This was the longest time that I spent prowling the Tree Top Walk Trail, around 6.5 hours from the start point to the end of my trip. In addition, I had taken a record number of pictures, close to 900, on just one trip as far as I can remember and even cleared out the power supply of 2 camera batteries. Needless to say, there must be something of great interest along the way that made me stopped often to explore in detail.
The most excited part began early, within the first hour of the walk when I came across two rare Golden Black Cicada (Huechys fusca) on a leaf of the Common Yellow Stem Fig tree (Ficus fistulosa). One of them was positioned near the tip of the leaf while another one was at the other end of the leaf. As the leaf was slightly above my height, I had to gently pull the branch to lower the leaf in order to take some good pictures. I was anxious that my rare find might just dash off due to the movement. Luckily, it did not happen and I got my pictures. There was a report on this cicada in the Nature in Singapore journal if you would like to read more about this creature.
The ant picture shown was not actually about the ant but the tiny creatures in front of the ant. At a first glance, they looked like termites. But, ant does not normally farm termites. They should be the nymph of a type of hopper. At one point, I thought that they might be the nymphs of cicada since they were found near the site where I spotted the 2 unusual cicadas and cicada is a type of hopper. After doing some searches on pictures of cicada nymphs and those of the other hoppers, I suspect that they might be the nymphs of a type of leaf hopper.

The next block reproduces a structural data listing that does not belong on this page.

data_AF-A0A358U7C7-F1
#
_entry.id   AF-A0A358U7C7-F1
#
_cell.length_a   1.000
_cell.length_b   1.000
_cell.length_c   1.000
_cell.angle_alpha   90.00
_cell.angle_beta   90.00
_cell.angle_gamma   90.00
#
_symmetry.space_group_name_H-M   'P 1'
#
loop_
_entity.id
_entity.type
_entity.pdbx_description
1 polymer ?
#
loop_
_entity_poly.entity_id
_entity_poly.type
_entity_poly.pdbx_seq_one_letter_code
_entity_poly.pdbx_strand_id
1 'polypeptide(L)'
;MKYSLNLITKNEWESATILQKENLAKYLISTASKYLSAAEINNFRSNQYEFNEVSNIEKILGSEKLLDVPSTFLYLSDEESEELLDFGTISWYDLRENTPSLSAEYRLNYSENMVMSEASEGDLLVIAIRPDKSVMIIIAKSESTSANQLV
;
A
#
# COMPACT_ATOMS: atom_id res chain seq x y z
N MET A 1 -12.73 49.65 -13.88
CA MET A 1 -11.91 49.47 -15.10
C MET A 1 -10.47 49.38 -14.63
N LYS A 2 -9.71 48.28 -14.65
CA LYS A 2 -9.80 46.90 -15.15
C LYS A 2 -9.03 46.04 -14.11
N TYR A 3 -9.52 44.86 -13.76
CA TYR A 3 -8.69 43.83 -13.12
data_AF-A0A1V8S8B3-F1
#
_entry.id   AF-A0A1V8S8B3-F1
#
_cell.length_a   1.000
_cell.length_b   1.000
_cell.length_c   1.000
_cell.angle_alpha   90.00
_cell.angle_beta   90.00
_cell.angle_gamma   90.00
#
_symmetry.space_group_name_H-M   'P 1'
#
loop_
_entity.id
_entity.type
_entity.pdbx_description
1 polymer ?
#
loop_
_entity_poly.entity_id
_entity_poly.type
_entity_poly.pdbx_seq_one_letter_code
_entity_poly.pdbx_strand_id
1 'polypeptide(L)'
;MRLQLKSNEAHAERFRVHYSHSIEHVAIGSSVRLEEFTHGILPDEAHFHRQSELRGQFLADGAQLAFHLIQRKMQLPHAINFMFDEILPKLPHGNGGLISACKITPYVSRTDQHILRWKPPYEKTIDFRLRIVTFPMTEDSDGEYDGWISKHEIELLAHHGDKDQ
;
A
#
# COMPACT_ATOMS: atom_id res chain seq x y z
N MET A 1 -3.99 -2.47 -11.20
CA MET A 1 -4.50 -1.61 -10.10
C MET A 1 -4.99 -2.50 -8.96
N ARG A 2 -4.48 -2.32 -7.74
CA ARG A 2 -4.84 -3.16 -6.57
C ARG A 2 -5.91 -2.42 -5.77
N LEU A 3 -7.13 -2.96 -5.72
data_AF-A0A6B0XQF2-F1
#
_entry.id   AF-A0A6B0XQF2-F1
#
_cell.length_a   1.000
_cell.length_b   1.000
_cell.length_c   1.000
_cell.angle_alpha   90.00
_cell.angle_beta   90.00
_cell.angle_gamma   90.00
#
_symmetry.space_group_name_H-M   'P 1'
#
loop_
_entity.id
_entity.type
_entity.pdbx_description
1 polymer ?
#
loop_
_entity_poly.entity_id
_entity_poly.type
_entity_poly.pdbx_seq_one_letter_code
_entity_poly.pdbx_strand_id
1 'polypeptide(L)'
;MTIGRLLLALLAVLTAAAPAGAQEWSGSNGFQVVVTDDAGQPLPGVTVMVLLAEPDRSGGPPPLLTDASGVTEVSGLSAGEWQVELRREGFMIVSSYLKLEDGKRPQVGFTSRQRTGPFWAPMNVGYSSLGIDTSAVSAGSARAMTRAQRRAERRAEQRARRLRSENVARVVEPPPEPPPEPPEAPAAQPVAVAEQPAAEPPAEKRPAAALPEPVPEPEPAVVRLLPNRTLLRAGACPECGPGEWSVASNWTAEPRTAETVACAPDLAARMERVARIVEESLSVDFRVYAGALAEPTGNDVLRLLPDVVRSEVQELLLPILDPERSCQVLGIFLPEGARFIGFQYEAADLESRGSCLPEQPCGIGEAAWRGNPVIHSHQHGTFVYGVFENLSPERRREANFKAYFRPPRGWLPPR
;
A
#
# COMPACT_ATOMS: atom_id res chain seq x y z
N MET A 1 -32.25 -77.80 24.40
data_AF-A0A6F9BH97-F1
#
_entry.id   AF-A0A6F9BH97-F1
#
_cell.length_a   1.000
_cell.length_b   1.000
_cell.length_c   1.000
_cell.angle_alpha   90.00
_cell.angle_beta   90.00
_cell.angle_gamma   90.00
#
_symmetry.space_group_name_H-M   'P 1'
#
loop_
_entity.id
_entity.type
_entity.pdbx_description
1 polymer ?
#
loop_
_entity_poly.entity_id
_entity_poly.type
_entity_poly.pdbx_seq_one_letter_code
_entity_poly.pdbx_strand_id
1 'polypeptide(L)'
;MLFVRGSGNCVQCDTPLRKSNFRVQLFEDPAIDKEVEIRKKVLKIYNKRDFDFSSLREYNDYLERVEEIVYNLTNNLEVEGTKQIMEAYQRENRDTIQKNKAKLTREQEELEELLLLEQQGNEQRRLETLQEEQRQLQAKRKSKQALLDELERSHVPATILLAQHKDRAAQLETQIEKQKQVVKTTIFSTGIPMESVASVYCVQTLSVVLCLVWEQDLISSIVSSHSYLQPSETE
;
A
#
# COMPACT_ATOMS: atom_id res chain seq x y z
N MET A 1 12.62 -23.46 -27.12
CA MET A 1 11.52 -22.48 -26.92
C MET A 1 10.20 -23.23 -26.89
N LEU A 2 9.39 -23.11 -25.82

So much for the short-life excitement of finding the early stage of the cicada nymphs.
The forest was still in its fruiting season. Numerous types of flowers or immature fruits could be seen littering the forest floor at a few spots. The situation was similar to that seen at Bukit Timah Nature Reserve where I visited in March. Since then, I had created a new section in my website to consolidate the information on the fallen parts of forest trees and climbers for ease of reference.
On the tree-top bridge, one could see several fruiting trees or climbers from a distance. I was particularly interested in a Calophyllum species with rounded fruits that happened to closer to the bridge than the rest. During my last trip here in December last year, I saw another fruiting Calophyllum species that was much further away from the bridge. There were several different Calophyllum species in the forest and it is difficult to identify them since most of the time, what I saw were their young plants without flower or fruit. Their identical leaves were not really helpful with the identification. For the current one I saw, I suspect it might be Calophyllum biflorum.
From this trip, I had added 6 new set of plant pictures, namely Croton caudatus, Ixonanthes icosandra, Diospyros buxifolia, Xylopia caudata, Durio singaporensis and Cyathea squamulata. As usual, there were several unknown plants where I will have to file their pictures in my archive folder until I tracked down their identity.
Below are selected photos from this trip arranged according to the sequence that they were taken. There is a text link under the photo that will direct you to more photos of the same species if they are available in my website.